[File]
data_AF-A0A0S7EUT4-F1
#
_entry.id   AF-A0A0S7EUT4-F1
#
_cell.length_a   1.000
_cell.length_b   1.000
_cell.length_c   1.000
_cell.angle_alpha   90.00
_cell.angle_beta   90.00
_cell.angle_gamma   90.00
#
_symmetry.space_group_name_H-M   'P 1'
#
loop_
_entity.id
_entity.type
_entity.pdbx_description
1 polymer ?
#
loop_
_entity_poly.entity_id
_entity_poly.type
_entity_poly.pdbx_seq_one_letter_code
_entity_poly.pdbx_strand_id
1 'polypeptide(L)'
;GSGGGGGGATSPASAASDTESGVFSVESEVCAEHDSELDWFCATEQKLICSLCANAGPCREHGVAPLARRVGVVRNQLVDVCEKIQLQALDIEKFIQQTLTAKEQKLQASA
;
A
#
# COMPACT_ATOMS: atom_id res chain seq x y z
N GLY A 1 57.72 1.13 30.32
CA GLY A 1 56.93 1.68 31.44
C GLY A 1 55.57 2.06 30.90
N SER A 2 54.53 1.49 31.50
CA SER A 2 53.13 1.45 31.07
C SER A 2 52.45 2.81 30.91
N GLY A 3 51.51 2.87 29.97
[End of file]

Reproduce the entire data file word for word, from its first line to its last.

data_AF-A0A0S7EUT4-F1
#
_entry.id   AF-A0A0S7EUT4-F1
#
_cell.length_a   1.000
_cell.length_b   1.000
_cell.length_c   1.000
_cell.angle_alpha   90.00
_cell.angle_beta   90.00
_cell.angle_gamma   90.00
#
_symmetry.space_group_name_H-M   'P 1'
#
loop_
_entity.id
_entity.type
_entity.pdbx_description
1 polymer ?
#
loop_
_entity_poly.entity_id
_entity_poly.type
_entity_poly.pdbx_seq_one_letter_code
_entity_poly.pdbx_strand_id
1 'polypeptide(L)'
;GSGGGGGGATSPASAASDTESGVFSVESEVCAEHDSELDWFCATEQKLICSLCANAGPCREHGVAPLARRVGVVRNQLVDVCEKIQLQALDIEKFIQQTLTAKEQKLQASA
;
A
#
# COMPACT_ATOMS: atom_id res chain seq x y z
N GLY A 1 57.72 1.13 30.32
CA GLY A 1 56.93 1.68 31.44
C GLY A 1 55.57 2.06 30.90
N SER A 2 54.53 1.49 31.50
CA SER A 2 53.13 1.45 31.07
C SER A 2 52.45 2.81 30.91
N GLY A 3 51.51 2.87 29.97